There are three main sections and the first is called Brightness where you can adjust the Brightness, the Contrast, the Sharpness the Backlight and you can also enable the Eco mode for a more reasonable power consumption. The second section is the Color Temperature (sRGB by default) and the third is dedicated to the OSD Settings.
The Kwumsy K2 has a 12.6-inch display covering half the upper side of the keyboard and it’s an IPS panel with a resolution of 1920 x 515 pixels and a contrast of 1200:1. Since the keyboard is going to be used mainly indoors, the brightness will not play such an important role as it would if it was used outdoors.
And it’s a fairly bright display since I was able to push it to its maximum. That was with a single connection to the laptop, so you don’t really need to rely on a secondary power source (as it happened with the Kwumsy P2 Pro, but it makes sense when dealing with two additional 1080p displays).
The screen is reflective (not matte), so light sources will mess up what’s being displayed and outdoors, it’s almost unusable if not in the shade. The color accuracy is alright and I didn’t notice any dominant color: the whites are a bit cold, but no blue, yellow or green tint was observed, while the black levels are decently deep.
It’s clearly not great for photo editing or any other activity that may require color accuracy, but for media consumption, it’s more than enough. I realized that I talked about the display as if it was a full, proper display, when it’s actually a wide-screen narrow panel. So, you do need to carefully select the applications that will be shown on the display.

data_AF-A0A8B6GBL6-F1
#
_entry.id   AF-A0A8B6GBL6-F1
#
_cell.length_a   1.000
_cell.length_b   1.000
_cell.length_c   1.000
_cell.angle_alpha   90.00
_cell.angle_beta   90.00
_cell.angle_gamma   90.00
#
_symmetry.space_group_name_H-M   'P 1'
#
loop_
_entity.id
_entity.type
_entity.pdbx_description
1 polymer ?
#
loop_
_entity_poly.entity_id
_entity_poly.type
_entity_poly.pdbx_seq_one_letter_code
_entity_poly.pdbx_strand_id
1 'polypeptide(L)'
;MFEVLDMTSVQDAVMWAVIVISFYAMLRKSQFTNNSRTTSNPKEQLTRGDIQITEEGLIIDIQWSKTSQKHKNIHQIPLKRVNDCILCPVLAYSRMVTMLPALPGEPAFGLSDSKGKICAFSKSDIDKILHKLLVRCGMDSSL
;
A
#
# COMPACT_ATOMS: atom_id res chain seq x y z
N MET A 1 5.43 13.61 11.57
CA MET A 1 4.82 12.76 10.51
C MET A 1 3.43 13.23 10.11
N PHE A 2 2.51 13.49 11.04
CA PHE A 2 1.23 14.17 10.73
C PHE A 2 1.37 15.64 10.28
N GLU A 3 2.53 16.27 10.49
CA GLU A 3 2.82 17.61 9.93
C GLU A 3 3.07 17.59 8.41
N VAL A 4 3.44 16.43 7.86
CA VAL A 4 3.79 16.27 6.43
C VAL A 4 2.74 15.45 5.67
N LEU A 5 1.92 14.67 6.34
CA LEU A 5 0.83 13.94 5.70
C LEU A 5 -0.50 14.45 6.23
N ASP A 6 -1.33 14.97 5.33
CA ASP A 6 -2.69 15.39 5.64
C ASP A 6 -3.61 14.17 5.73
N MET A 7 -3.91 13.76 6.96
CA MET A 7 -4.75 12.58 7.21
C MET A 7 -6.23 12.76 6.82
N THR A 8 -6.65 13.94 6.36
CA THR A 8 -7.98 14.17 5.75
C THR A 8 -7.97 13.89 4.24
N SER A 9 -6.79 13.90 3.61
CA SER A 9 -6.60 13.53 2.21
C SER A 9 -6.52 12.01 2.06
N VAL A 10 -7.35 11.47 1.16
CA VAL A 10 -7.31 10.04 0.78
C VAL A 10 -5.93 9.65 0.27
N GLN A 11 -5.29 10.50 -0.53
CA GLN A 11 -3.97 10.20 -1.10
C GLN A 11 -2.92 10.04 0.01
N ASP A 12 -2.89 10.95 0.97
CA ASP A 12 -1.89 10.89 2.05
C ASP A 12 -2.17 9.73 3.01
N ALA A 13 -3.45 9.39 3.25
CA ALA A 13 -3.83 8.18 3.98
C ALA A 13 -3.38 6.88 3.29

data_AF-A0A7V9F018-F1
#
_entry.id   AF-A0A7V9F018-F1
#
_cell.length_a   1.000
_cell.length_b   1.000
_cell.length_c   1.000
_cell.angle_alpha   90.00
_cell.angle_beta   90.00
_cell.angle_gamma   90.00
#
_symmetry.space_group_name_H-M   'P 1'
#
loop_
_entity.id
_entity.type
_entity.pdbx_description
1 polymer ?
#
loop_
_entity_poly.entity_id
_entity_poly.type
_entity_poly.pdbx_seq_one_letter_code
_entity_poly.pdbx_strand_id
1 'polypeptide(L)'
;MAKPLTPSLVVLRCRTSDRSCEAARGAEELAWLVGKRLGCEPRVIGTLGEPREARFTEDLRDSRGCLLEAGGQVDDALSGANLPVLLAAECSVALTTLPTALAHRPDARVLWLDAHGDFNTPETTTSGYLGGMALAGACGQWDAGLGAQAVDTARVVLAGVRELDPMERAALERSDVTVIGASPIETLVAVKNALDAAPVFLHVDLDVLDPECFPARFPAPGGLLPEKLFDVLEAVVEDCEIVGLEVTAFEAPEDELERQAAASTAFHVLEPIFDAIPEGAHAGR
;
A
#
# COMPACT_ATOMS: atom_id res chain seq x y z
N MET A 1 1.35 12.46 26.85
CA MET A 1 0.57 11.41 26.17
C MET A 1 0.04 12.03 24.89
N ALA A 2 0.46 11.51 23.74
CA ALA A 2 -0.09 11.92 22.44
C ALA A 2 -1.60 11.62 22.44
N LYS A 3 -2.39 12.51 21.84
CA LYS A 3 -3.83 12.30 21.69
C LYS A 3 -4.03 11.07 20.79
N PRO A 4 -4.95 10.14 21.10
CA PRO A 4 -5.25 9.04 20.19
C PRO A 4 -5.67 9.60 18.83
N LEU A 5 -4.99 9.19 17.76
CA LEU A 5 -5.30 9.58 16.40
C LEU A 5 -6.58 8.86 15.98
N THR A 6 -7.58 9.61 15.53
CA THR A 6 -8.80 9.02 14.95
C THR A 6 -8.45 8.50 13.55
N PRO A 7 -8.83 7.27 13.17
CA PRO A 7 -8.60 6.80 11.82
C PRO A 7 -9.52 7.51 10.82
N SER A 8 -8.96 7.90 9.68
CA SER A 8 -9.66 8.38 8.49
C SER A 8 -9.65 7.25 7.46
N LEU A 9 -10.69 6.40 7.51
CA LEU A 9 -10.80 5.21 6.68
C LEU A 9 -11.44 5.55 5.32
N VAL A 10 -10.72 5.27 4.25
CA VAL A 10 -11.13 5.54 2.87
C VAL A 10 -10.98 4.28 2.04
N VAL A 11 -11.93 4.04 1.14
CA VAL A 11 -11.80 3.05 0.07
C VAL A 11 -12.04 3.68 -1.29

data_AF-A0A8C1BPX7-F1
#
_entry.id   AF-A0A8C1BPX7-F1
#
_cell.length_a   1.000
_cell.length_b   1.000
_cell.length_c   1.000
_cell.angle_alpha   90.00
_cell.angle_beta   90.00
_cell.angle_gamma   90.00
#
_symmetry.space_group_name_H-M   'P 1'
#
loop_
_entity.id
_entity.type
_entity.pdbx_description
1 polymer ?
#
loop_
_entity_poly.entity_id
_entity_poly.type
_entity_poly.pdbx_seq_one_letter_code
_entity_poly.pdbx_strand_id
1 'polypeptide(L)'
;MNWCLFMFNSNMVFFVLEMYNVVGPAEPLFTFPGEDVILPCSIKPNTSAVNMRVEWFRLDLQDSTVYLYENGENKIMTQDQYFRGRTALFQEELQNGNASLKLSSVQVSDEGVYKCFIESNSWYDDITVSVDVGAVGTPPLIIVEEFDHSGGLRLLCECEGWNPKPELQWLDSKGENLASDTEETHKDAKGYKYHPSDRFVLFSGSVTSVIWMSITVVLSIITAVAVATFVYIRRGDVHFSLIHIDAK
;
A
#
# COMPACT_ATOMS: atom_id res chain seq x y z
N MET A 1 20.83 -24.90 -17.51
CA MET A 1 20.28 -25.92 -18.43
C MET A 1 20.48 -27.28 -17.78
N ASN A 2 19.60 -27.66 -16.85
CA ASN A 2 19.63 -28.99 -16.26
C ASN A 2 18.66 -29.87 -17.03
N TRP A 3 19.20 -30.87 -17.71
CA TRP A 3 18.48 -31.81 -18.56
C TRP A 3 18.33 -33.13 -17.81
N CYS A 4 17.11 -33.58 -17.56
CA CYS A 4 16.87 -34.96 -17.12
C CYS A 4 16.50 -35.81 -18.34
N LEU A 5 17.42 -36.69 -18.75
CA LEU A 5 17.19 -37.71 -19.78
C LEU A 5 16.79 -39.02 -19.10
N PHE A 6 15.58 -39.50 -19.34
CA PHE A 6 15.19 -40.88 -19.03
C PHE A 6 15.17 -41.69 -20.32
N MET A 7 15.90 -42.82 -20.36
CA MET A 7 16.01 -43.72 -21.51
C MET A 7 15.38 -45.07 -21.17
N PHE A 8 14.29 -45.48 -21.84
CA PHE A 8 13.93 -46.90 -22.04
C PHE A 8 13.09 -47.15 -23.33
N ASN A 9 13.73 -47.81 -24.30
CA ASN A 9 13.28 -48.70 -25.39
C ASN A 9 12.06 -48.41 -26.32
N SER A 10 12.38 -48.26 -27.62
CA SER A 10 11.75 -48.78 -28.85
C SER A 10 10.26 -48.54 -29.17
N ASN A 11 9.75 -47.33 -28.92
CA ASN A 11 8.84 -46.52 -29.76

For example, a YouTube video in full screen will cover about half the display. What was incredibly interesting was that I could keep the laptop with the lid closed and use only the screen on the keyboard. This way, less battery life would be consumed – less than having both displays on, because a device such as a MacBook Pro will deal better with its native 2K display in terms of power efficiency.
What’s the power consumption of the Kwumsy K2 keyboard?
The portable monitors aren’t really that power hungry, but since the Kwumsy K2 needs to keep the keys LEDs up and the monitor running, it will need more juice, right? Not really actually. I have connected a small multi-meter tool to see how much the K2 needs when the Backlight and the Brightness of the display were set to maximum (the LEDs were also set to the max brightness available).
And, as you can see, it was very close to 5W, 4.8W to be exact, while the voltage was stable at 5.02V, as well as the amperage, staying put at 0.96A. It wasn’t really a pleasant experience to have all that light in my eyes and I found it comfortable to keep the Backlight to 50% and the Brightness to 60%. This way, the multi-meter showed a power consumption of 3.66W, a voltage of 5.04V and 0.72A – all these while playing a YouTube video.
The Kwumsy K2 is one of the most unique devices that I have tested the last couple of years and I think it’s one of those products that actually makes sense, solving a problem a lot of people didn’t think can be fixed. And it’s in regards to the laptop screen real-estate.
Sure, it’s going to work great with Desktop PCs as well, but when I travel, I always bring along a separate keyboard because I hate using the built-in one, so having an extra screen is a very welcomed addition. I know that right now it’s a niche device, but I am very sure that this trend will catch on and we will see more and more people having extra screens to their laptop. And why not along with an energy-efficient mechanical keyboard?
Mark is a graduate in Computer Science, having gathered valuable experience over the years working in IT as a programmer. Mark is also the main tech writer for MBReviews.com, covering not only his passion, the networking devices, but also other cool electronic gadgets that you may find useful for your every day life.